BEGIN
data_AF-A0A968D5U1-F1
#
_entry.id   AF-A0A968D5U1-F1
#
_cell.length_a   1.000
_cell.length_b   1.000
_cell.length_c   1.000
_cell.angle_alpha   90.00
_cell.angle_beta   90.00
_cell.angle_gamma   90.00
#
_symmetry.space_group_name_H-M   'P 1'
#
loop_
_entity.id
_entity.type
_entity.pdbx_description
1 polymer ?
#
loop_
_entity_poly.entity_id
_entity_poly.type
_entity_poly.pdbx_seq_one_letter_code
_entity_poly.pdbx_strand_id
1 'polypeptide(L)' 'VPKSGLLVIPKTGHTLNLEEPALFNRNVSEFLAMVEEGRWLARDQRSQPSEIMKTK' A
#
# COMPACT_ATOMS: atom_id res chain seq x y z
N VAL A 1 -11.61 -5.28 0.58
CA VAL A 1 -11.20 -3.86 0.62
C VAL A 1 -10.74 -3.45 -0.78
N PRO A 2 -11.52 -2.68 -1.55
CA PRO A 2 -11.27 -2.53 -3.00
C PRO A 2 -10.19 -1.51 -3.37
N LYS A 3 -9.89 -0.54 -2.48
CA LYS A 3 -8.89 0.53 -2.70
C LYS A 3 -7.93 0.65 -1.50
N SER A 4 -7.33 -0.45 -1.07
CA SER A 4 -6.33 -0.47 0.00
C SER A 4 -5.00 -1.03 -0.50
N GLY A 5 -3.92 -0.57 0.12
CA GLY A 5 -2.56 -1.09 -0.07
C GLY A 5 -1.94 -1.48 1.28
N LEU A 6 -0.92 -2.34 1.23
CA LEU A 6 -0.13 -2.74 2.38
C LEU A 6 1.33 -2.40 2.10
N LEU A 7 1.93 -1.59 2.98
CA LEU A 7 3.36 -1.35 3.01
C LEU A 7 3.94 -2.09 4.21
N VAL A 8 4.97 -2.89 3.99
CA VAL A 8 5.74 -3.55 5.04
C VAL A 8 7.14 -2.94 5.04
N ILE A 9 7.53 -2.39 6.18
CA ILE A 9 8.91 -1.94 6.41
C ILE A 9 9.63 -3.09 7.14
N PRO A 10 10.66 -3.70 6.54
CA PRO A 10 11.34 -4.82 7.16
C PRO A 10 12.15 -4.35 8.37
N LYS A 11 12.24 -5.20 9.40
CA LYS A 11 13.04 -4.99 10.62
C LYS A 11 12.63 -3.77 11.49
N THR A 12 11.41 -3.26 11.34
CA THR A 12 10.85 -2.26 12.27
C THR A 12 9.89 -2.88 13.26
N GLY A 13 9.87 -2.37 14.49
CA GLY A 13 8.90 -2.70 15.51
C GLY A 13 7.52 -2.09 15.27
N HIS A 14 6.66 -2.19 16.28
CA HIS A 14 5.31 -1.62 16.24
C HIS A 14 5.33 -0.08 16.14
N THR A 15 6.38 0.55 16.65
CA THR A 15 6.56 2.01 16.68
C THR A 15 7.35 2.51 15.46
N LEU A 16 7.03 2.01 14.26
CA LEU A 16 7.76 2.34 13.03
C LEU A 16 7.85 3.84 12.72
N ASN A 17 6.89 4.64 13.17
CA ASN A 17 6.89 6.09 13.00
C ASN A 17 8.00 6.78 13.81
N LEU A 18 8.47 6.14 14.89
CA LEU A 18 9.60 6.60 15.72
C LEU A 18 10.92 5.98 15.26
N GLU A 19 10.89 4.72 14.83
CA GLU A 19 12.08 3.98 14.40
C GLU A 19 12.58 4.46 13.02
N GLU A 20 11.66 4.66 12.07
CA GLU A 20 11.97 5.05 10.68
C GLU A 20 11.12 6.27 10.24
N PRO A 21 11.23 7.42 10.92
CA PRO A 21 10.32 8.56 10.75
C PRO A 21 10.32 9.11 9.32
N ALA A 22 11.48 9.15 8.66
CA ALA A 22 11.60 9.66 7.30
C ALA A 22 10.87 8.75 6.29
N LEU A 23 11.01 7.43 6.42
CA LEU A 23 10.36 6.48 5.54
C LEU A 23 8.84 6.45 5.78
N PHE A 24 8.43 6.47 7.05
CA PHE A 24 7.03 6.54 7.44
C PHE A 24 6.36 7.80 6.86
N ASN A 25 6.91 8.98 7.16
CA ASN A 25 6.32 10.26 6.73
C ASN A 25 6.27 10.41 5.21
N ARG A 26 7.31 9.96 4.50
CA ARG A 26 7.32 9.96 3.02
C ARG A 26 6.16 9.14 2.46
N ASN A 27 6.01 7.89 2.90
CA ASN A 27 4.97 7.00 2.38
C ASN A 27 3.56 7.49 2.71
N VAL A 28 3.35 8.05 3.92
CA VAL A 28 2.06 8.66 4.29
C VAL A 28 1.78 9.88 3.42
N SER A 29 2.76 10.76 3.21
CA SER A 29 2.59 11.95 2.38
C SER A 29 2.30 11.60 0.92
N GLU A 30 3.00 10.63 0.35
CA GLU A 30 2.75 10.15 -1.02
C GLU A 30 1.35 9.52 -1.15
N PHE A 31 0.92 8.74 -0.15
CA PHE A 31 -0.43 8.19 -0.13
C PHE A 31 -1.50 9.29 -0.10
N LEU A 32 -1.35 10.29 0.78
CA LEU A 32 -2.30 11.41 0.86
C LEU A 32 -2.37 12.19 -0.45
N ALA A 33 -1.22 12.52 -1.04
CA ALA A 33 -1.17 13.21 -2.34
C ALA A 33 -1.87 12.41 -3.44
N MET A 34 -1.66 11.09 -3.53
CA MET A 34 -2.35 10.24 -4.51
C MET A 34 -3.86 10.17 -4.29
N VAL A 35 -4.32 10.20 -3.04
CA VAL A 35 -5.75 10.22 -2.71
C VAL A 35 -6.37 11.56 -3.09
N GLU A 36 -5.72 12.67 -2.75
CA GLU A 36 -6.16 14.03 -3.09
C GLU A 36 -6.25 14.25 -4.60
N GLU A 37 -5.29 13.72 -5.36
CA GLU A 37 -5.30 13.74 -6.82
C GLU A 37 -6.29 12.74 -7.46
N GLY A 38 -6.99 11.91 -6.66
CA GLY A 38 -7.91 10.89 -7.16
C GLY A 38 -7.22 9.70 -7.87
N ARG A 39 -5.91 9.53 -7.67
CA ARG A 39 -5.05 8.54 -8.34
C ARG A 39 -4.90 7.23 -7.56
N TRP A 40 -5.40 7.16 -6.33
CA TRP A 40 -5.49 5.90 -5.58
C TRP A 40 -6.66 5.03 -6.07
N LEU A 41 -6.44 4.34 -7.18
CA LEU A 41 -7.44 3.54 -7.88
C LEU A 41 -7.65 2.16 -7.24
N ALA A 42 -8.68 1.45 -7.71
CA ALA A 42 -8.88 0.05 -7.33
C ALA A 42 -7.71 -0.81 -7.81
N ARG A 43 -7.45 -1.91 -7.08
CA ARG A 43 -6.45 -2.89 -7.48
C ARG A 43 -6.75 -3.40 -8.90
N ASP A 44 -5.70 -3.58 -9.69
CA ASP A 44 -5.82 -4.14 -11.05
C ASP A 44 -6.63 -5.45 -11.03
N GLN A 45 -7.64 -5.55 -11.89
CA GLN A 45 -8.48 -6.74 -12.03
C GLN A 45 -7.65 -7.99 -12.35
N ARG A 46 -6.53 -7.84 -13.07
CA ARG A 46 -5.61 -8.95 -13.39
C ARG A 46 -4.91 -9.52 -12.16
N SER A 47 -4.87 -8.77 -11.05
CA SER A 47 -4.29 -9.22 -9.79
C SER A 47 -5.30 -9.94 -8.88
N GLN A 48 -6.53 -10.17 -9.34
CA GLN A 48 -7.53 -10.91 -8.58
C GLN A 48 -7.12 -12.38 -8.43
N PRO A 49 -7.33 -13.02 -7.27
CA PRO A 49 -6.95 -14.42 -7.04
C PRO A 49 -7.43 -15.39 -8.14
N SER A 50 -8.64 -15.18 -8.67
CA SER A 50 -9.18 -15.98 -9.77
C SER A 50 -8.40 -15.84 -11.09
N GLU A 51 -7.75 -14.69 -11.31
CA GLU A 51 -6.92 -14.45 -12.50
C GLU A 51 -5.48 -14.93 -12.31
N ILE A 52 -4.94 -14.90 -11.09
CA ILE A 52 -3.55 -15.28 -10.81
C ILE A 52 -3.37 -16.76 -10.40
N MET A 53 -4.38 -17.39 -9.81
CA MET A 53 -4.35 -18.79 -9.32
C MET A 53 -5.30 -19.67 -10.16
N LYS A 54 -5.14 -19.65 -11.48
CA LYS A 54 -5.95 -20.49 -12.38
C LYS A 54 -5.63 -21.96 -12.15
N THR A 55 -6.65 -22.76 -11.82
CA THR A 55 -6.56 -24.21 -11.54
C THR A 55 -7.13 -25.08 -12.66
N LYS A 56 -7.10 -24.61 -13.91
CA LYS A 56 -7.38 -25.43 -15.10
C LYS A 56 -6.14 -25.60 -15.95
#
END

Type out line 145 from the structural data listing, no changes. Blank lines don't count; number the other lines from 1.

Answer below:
N TRP A 40 -5.40 7.16 -6.33